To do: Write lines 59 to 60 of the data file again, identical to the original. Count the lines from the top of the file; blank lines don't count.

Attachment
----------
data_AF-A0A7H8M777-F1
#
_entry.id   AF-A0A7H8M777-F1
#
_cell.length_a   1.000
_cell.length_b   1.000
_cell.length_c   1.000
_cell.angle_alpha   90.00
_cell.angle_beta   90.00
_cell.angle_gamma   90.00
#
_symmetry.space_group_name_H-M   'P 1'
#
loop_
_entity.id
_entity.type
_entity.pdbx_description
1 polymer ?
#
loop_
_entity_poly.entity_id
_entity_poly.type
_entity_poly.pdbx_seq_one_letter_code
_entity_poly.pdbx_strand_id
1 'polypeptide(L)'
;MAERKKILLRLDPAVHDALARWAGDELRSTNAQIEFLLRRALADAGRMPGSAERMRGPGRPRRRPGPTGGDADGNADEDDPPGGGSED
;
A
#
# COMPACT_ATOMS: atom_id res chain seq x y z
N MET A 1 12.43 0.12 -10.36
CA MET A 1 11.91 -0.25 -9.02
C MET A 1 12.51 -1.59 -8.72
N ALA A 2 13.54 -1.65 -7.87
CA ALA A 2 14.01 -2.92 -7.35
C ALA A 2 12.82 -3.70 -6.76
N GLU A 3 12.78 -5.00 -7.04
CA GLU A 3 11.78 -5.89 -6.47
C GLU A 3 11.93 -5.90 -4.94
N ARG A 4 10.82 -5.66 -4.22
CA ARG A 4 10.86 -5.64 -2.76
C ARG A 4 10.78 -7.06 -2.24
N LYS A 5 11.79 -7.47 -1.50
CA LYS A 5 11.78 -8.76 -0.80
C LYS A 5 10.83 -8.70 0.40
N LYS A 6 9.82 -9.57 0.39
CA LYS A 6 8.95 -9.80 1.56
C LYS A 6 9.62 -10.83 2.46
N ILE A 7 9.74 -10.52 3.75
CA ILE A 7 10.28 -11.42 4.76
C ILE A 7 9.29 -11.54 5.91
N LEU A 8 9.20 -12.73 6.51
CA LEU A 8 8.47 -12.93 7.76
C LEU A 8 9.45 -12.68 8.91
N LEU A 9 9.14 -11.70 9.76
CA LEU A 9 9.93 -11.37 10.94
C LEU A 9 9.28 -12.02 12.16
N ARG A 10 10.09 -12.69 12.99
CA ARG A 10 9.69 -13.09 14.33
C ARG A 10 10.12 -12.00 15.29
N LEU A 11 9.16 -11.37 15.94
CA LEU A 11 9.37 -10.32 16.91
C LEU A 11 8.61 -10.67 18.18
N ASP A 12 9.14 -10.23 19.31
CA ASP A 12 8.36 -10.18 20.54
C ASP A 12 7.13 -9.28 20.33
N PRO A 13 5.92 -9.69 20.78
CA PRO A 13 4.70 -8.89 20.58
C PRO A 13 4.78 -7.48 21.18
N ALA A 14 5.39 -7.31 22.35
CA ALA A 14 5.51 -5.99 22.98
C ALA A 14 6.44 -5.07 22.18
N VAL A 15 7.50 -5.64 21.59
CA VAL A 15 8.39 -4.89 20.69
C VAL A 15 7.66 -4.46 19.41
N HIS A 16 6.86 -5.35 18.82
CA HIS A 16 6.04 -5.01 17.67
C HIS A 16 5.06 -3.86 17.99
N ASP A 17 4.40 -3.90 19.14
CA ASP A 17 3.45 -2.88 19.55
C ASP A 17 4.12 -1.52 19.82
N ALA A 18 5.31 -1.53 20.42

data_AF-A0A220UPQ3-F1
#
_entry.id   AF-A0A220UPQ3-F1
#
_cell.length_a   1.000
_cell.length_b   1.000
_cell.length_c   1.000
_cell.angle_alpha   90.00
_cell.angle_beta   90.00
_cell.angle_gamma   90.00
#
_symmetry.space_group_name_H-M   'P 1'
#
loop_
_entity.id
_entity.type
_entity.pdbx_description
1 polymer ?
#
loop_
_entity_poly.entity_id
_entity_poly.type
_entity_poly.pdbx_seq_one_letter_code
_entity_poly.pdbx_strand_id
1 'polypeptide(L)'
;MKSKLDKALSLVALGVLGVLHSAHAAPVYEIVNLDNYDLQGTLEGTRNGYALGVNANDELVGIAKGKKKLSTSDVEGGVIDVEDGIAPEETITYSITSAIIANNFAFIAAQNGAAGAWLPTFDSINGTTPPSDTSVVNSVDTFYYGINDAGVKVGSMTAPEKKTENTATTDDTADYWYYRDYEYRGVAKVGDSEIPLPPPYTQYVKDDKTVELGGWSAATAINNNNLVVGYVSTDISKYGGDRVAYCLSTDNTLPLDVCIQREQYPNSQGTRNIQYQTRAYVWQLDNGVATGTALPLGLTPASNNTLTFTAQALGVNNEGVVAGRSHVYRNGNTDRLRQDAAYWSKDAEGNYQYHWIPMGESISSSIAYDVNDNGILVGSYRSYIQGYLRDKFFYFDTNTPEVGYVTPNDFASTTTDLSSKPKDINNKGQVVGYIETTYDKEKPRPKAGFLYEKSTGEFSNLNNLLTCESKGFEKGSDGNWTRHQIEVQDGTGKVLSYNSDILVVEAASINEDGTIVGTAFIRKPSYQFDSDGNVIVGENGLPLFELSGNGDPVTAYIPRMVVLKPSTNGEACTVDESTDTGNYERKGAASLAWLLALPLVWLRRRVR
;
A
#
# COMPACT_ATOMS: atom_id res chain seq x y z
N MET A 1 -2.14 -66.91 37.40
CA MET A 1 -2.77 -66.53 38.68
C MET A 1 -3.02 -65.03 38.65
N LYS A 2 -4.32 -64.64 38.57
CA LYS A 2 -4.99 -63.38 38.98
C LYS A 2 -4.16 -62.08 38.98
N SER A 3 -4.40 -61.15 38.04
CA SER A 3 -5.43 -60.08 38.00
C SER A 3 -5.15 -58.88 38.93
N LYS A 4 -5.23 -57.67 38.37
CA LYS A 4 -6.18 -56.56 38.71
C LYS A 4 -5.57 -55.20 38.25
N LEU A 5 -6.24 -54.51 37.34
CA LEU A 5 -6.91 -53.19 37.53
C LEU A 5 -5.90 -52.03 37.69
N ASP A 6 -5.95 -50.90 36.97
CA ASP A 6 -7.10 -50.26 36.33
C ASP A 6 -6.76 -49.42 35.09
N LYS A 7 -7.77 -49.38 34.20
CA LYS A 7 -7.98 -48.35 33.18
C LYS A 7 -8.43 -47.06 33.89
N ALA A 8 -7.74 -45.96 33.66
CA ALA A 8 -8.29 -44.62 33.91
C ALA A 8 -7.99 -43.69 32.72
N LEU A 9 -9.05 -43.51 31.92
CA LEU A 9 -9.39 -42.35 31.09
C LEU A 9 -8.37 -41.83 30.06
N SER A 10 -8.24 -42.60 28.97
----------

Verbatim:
CA ARG A 10 9.69 -13.09 14.33
C ARG A 10 10.12 -12.00 15.29